Slowly turning kaleidoscopes Dawn scrambled colors on grated clouds Purples hang under shades of blues Over orange laid on yellow Grass seeds framed a naked tree Dancing in the amber light Contrail splits the lavender sky
Amy Rose at Heaven On Earth commented: “So it seems you are becoming one who is hooked on astronomy.” I answered: “I’m always photographing the sky these days. That’s one of the most interesting things in my limited travels…” Since we moved out of downtown that was a longer commute and there were always photo opportunities, and since we presented papers at conferences remotely because of covid restrictions, almost all of my photography is from our property, the bosque, and the river. That includes a lot of sky photos day and night. Fortunately, we have interesting skies that are rarely the same, and the moon, planets, and stars are always changing positions and providing interesting challenges.
The moon and Jupiter with close together this morning.
Oxymorons: Spunk being sweet. The pTerodactyl stared me down on the levee.
After totally clear skies all day yesterday, a few clouds gathered at dusk for the painter to paint.
Peter with a moon halo last night.
I walked outside to photograph the moon and got clouds covering the moon. Maybe it will clear up later so I can get the moon.
The owlets were banking on the top of the levee and down on the bank along the clearwater ditch last night. Paul flew up into a tree on the other side of the Clearwater ditch and Mama Owl brought him something to eat and then flew off to go back to Wowlmart as quickly as she flew in. When it was almost dark Mama Owl came back with either a bat or a mouse. She perched close to me just long enough for me to get a photo of her, then she took off at warp speed.
Jupiter is making its way around Mars in the center of the photo. Venus is just rising on the left and Saturn is on the right. There was a nice alignment of stars that are at the top of the photo.
Since our cover over the deck was looking like it would rip anytime in the wind, Laurie suggested that we put a permanent roof on the canopy over the deck for our anniversary. We had thought about it for years but never did it. I ordered the supplies Sunday morning and picked them up Sunday afternoon. I started working on the roof at 7:00 am this morning and ran out of screws and energy at 7:00 pm. The vented part of the roof took a lot longer to build than I had anticipated. All my joints are complaining tonight.
Twelve hours of work with only water breaks.
Our pink Peony is blooming
I spied this beautiful rose hidden in the bush when I was on the ladder.
We had our 9th Annual Corrales Rose Society Dr. Huey Tour this afternoon after I went to a “hanging” to help Susan Graham hang her photos at the NM Cancer Center for a Gallery with A Cause show titled “On the Rise – Artists in Early and Mid-Career.” I also helped another artist hang her paintings. She was by herself. Susan and I discovered it’s hard to hang the art and get it right as per the curator who didn’t give particularly clear instructions. When I came out of the restroom after washing my hands, I noticed the artist was starting to rearrange her paintings after the curator had set them where she wanted the paintings. I told the artist not to change the order of her paintings or she would have to rehang them. After Susan and I were done hanging Susan’s photographs, and Susan was waiting for final approval, I noticed the artist having a little trouble hanging her paintings. I went down and helped her. It’s a two-person job to hang artwork and get everything aligned and spaced properly.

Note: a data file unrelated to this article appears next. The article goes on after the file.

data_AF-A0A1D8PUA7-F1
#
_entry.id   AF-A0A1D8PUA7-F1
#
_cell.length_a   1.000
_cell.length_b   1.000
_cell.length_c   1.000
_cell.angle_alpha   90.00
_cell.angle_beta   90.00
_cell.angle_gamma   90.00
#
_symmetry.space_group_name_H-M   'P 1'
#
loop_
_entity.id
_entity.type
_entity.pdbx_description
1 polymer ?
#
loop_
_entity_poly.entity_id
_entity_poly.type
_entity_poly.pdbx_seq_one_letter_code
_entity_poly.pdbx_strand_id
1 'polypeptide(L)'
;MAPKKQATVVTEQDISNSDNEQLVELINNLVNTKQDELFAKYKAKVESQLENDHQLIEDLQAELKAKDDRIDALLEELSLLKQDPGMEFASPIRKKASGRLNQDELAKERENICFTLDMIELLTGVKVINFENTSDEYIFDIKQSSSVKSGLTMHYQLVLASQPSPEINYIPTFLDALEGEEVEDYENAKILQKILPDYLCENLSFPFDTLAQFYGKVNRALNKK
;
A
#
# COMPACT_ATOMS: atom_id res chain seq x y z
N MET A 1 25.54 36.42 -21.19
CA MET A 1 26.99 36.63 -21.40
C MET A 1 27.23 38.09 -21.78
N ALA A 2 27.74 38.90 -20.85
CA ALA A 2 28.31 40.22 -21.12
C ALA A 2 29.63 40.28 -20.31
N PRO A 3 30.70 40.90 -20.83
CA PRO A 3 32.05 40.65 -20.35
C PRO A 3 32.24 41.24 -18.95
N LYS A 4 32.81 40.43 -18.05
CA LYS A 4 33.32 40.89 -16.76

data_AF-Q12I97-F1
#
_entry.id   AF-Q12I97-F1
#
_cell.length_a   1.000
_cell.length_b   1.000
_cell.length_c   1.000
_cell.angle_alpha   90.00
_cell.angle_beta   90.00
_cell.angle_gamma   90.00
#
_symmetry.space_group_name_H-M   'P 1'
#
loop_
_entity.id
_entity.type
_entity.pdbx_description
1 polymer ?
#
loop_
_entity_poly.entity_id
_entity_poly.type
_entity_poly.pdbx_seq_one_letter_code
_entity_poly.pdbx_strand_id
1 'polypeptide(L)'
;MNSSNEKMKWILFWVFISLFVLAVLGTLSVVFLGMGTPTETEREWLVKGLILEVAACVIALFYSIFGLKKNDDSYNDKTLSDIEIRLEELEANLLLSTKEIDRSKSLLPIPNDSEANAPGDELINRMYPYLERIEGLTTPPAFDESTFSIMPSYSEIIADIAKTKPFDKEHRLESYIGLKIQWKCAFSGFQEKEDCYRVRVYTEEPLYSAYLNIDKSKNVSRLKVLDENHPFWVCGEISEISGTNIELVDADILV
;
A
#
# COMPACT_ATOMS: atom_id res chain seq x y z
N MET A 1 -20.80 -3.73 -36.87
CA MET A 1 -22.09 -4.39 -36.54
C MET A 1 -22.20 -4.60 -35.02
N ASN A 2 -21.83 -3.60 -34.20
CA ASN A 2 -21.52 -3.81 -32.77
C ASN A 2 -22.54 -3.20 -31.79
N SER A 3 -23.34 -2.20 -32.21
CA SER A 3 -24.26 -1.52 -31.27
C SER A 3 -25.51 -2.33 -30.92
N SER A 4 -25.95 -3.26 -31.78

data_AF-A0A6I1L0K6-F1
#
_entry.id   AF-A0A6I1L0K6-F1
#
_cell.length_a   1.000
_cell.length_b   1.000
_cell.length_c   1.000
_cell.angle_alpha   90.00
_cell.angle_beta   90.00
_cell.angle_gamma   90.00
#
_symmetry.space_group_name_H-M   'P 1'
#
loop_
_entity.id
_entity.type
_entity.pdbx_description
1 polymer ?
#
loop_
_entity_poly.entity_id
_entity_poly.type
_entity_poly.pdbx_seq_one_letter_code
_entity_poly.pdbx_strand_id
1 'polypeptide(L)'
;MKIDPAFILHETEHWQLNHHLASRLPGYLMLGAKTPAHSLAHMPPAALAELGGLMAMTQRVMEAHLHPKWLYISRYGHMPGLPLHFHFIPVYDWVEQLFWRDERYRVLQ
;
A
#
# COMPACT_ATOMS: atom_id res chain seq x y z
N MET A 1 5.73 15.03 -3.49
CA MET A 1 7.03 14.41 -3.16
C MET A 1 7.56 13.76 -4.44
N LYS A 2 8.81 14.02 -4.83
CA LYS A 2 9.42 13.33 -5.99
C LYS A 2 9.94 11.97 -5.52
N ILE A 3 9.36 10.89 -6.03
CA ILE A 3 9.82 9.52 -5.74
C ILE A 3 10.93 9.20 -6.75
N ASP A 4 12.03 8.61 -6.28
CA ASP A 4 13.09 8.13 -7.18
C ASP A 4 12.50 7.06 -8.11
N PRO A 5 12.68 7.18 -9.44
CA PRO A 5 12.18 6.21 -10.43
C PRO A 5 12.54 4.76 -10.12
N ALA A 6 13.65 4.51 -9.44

I had been to the Cancer Center a week ago for my annual checkup, but it turned out to be my last checkup. My doctor said the scan was clear and my immune system was almost up to normal numbers, so he fired me as a patient. No more scans or checkups unless I get symptoms.
For new followers, Dr. Huey is the rootstock used to graft roses in the western United States. Corrales is a cold spot. A lot of roses freeze at the bud unions in the winter killing the rose grafted to the rootstock. Dr. Huey is cold hardy and drought tolerant. Once the bud union is dead Dr. Huey grows. Therefore, there are many Dr. Hueys growing in Corrales. Starting in 2014, we had done an annual tour of Dr. Hueys in Corrales or simply on our property since we have more Dr. Hueys every year.
We have a lot more Dr. Hueys this year because we had a cold and very dry winter. I was not able to water much during the winter because it never warmed up enough for the hoses to thaw. So we lost more roses over the winter.
Most rosarians don’t like Dr. Huey, but Laurie, Susan, and I love Dr. Huey. It only blooms once, but when Dr. Huey blooms it produces a lot of beautiful red roses with yellow centers. While many of our other roses are struggling due to the drought, Dr. Huey is thriving. Rosarians who live in other parts of the country that don’t have harsh climates like New Mexico can be snobs and hate rootstock roses, but Laurie, Susan, and I appreciate any rose that can thrive in New Mexico, and Dr. Huey is thriving.
A large Dr. Huey along Corrales Road.
Thirteen of sixteen photos Susan has in the show.
Paul flew over to the trees between the ditches leaving Mary behind. Daddy owl was keeping an eye on Mary. We didn’t see Peter in the trees between the ditches, so we presume he flew over to the Bosque. We’ll have to go over and see if we can find him in the Bosque. Given the rate of growth and flying, the owlets might have each hatched a week apart.
We did not see the Peter, the owlet that flew the coop, tonight. He might have flown over to the bosque. Paul, the larger of these two, looks like he’s ready to fly. But poor little Mary still has some growing to do.